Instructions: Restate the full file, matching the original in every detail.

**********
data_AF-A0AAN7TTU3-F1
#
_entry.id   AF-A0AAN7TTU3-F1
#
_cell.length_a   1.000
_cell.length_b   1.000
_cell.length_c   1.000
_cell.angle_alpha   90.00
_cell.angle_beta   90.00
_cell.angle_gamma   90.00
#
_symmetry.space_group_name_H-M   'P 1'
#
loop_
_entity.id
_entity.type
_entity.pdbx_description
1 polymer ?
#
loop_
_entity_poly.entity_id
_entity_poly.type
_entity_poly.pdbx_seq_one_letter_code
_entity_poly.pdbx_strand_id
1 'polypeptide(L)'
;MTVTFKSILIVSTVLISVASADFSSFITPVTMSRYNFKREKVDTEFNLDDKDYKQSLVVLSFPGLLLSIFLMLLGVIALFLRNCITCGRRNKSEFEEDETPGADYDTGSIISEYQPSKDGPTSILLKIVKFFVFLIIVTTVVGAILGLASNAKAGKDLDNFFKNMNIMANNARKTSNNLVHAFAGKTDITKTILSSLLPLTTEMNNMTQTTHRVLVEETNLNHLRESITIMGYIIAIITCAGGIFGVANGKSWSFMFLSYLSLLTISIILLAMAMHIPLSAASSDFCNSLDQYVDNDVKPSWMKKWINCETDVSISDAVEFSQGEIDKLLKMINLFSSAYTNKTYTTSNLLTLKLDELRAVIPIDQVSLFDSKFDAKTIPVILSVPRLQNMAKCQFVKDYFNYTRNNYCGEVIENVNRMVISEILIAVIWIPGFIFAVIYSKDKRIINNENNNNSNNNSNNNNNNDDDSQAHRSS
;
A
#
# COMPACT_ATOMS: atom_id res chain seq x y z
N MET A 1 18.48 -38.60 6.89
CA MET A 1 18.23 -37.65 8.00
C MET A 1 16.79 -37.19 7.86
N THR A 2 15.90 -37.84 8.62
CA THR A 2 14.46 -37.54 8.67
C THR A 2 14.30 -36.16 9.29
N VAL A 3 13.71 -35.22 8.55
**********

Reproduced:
data_AF-A0AAN7TTU3-F1
#
_entry.id   AF-A0AAN7TTU3-F1
#
_cell.length_a   1.000
_cell.length_b   1.000
_cell.length_c   1.000
_cell.angle_alpha   90.00
_cell.angle_beta   90.00
_cell.angle_gamma   90.00
#
_symmetry.space_group_name_H-M   'P 1'
#
loop_
_entity.id
_entity.type
_entity.pdbx_description
1 polymer ?
#
loop_
_entity_poly.entity_id
_entity_poly.type
_entity_poly.pdbx_seq_one_letter_code
_entity_poly.pdbx_strand_id
1 'polypeptide(L)'
;MTVTFKSILIVSTVLISVASADFSSFITPVTMSRYNFKREKVDTEFNLDDKDYKQSLVVLSFPGLLLSIFLMLLGVIALFLRNCITCGRRNKSEFEEDETPGADYDTGSIISEYQPSKDGPTSILLKIVKFFVFLIIVTTVVGAILGLASNAKAGKDLDNFFKNMNIMANNARKTSNNLVHAFAGKTDITKTILSSLLPLTTEMNNMTQTTHRVLVEETNLNHLRESITIMGYIIAIITCAGGIFGVANGKSWSFMFLSYLSLLTISIILLAMAMHIPLSAASSDFCNSLDQYVDNDVKPSWMKKWINCETDVSISDAVEFSQGEIDKLLKMINLFSSAYTNKTYTTSNLLTLKLDELRAVIPIDQVSLFDSKFDAKTIPVILSVPRLQNMAKCQFVKDYFNYTRNNYCGEVIENVNRMVISEILIAVIWIPGFIFAVIYSKDKRIINNENNNNSNNNSNNNNNNDDDSQAHRSS
;
A
#
# COMPACT_ATOMS: atom_id res chain seq x y z
N MET A 1 18.48 -38.60 6.89
CA MET A 1 18.23 -37.65 8.00
C MET A 1 16.79 -37.19 7.86
N THR A 2 15.90 -37.84 8.62
CA THR A 2 14.46 -37.54 8.67
C THR A 2 14.30 -36.16 9.29
N VAL A 3 13.71 -35.22 8.55